Here’s the video.
Oshiro is in a precarious position, although it probably does not amount to a conflict of interest. He is an attorney with Alston Hunt Floyd and Ing, as is HIPA’s president and CEO. Given that relationship, Oshiro, in particular, should be alert to the possibility of improper influence by HIPA on state legislators. Instead, he’s effectively pushing for a red carpet to be spread out for state legislators and state workers to accept expensive gifts, junkets and boondoggles from organizations such as HIPA..
Decision making on the bill is scheduled for Thursday.
For more on the March 22 hearing, see the excellent article on Civil Beat, Bill to Ease Gift-Giving to Lawmakers, State Employees Finds New Life (3/22/2011), and David Shapiro’s Legislators fight for the right to freeload (cont’d) (VolcanicAsh, 3/23/2011). A snip from the latter:
Oshiro’s main motivation for loosening the rules seems to be that he’s tired of fielding calls from ethically challenged colleagues whining that they can’t have their freebies. Poor babies.
Wow. Un.Be.Lievable. These worms. They did the same thing to Kauaiʻs ethics guy, Rolf Bieber and eventually had the Mayor refuse to allow him to continue. Reason: he laid out the rules. Plain and simple like Les Kondo is doing. Kondo is dignified and appears to remain strong in the face of some gnarly freeloaders. Who is the fat guy? The Chair, that so badly interrupted Kondo? He sure doesnʻt want his freebies snatched up.
I agree Gil was "having a bad day." Part of the reason his day was so bad, was because he was charged, by the House leadership, with passing this lousy bill and he felt uncomfortable. Good for him for understanding he should feel uncomfortable. And better for Les Kondo, Common Cause, the LWV, ADA and, you, Larry, for making him feel that way. Keep up the pressure. I coulda, and shoulda, been there as well. I did not expect them to handle the bill in this way.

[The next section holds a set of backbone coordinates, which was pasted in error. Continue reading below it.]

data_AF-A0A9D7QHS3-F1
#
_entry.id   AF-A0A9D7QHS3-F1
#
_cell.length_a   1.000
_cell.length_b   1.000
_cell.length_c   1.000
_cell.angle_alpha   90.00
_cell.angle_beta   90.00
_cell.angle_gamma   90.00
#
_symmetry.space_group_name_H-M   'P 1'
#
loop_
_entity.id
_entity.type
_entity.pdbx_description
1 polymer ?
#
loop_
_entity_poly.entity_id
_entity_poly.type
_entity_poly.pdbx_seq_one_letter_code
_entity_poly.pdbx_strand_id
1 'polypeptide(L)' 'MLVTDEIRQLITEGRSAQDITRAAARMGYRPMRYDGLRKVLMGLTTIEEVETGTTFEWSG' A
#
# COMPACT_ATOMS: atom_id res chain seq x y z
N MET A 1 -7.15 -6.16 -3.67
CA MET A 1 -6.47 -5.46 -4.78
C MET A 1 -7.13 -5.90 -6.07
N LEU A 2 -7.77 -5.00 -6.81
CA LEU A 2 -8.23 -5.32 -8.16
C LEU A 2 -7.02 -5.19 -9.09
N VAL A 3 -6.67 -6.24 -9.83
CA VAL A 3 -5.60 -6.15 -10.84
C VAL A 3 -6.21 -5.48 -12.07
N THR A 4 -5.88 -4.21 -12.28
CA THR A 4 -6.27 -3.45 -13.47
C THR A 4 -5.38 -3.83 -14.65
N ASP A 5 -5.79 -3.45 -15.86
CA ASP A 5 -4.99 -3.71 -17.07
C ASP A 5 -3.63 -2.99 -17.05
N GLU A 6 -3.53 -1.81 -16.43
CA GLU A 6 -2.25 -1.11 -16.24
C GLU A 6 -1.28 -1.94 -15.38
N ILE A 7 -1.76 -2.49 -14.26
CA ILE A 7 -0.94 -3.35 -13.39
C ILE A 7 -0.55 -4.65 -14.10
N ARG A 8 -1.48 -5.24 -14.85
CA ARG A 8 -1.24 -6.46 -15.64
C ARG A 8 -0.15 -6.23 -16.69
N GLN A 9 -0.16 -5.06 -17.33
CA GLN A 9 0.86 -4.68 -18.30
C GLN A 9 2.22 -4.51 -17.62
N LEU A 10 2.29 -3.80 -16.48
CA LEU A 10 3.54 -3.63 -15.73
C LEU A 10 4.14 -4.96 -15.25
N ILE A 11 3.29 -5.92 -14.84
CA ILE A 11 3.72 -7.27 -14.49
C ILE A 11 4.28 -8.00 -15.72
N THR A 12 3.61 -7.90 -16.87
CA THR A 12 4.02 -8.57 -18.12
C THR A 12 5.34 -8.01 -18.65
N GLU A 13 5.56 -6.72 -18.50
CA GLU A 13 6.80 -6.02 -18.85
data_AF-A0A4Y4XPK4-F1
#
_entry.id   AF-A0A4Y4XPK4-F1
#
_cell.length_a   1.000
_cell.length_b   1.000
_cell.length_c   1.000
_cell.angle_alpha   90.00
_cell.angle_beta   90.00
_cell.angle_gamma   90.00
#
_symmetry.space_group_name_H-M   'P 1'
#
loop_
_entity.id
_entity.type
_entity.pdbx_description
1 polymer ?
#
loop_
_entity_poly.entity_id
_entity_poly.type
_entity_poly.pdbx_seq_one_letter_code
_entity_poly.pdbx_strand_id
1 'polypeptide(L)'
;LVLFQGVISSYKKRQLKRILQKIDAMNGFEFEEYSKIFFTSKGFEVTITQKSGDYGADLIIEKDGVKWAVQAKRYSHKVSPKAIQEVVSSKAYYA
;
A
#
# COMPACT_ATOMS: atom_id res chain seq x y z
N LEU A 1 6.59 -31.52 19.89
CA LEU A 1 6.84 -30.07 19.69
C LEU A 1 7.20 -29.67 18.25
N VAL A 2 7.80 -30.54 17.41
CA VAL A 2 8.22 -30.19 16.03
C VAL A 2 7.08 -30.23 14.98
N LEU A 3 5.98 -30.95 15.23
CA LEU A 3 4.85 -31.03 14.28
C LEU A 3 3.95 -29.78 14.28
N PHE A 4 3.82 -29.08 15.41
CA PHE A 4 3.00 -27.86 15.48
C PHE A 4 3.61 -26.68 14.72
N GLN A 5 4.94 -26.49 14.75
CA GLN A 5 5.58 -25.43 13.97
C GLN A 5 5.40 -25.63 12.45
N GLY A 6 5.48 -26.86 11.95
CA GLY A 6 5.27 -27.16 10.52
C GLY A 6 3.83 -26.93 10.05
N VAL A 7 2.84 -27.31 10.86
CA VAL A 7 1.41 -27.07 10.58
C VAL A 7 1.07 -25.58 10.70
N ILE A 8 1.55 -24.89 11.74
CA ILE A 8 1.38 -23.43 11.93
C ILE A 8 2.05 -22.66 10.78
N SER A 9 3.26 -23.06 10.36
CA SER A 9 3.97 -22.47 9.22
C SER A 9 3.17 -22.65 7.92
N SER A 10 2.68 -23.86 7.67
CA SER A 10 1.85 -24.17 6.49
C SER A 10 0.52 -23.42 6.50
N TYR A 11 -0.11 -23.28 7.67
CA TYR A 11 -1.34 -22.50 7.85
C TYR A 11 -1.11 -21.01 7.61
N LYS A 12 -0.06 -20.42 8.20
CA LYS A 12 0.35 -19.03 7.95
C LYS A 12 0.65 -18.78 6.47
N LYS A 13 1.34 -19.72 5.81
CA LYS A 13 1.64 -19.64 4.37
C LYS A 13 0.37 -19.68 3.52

I know Gil is adamant about the two minute limit on testimony. While he may be flexible on routine bills, he doers enforce it for controversial bills for which there is a lot of testimony. I can understand that for lay testimony, but would think it would be waved for official testimony like that from the Ethics Commission. It is hard to complain the Commission has not been "providing bright lines" as to which behavior is allowed, which is not, and then shut down the Commission's ED when he is providing testimony to that effect. Kondo's testimony was not long-winded fluff, but was logically organized and on-point.
IN Gil's defense, the intention was, clearly, to draw answers from Kondo through questions from members. BUT, in the interest of efficiency-- if not of "fairness""-- it was appropriate that Kondo be allowed to make a comprehensive over-view of his arguments before being draw into the cross examination format employed by Rep. Boshiro.
Thanks for the video. My respect for Kondo has only increased from watching. He is unflappable. Well, he "flapped" when faced with the unusual attempt of Chair Keith-Agaron to shut him down.
While Blake Oshiro was NOT "unflappable" and was clearly feeling some stress, I thought his questions were reasonable. It is appropriate to ask what is the true value of a free ticket to a fundraiser dinner like the HIPA event. Is it the value of the meal or the face value of the ticket? Kondo wants to say the Commission's standard has remained consistent, but Blake's cite of the 1996 opinion on the spaghetti meal shows that is not clear.
My understanding that the legislators had been using the 1996 logic to guide them in deciding when it is acceptable to accept such a free ticket.
As I wrote elsewhere, the legislators are badly mishandling this issue. It has the potential to create a very STRONG impression they have lost any semblance of ethical standards. I might be with them if the debate were to focus narrowly upon the particulars of the HIPA dinner, provided it were HIPA who provided the free tickets. But by repeatedly re-writing the bill so broadly, their behavior suggests they have no sense of proportionality on the ethical questions involved.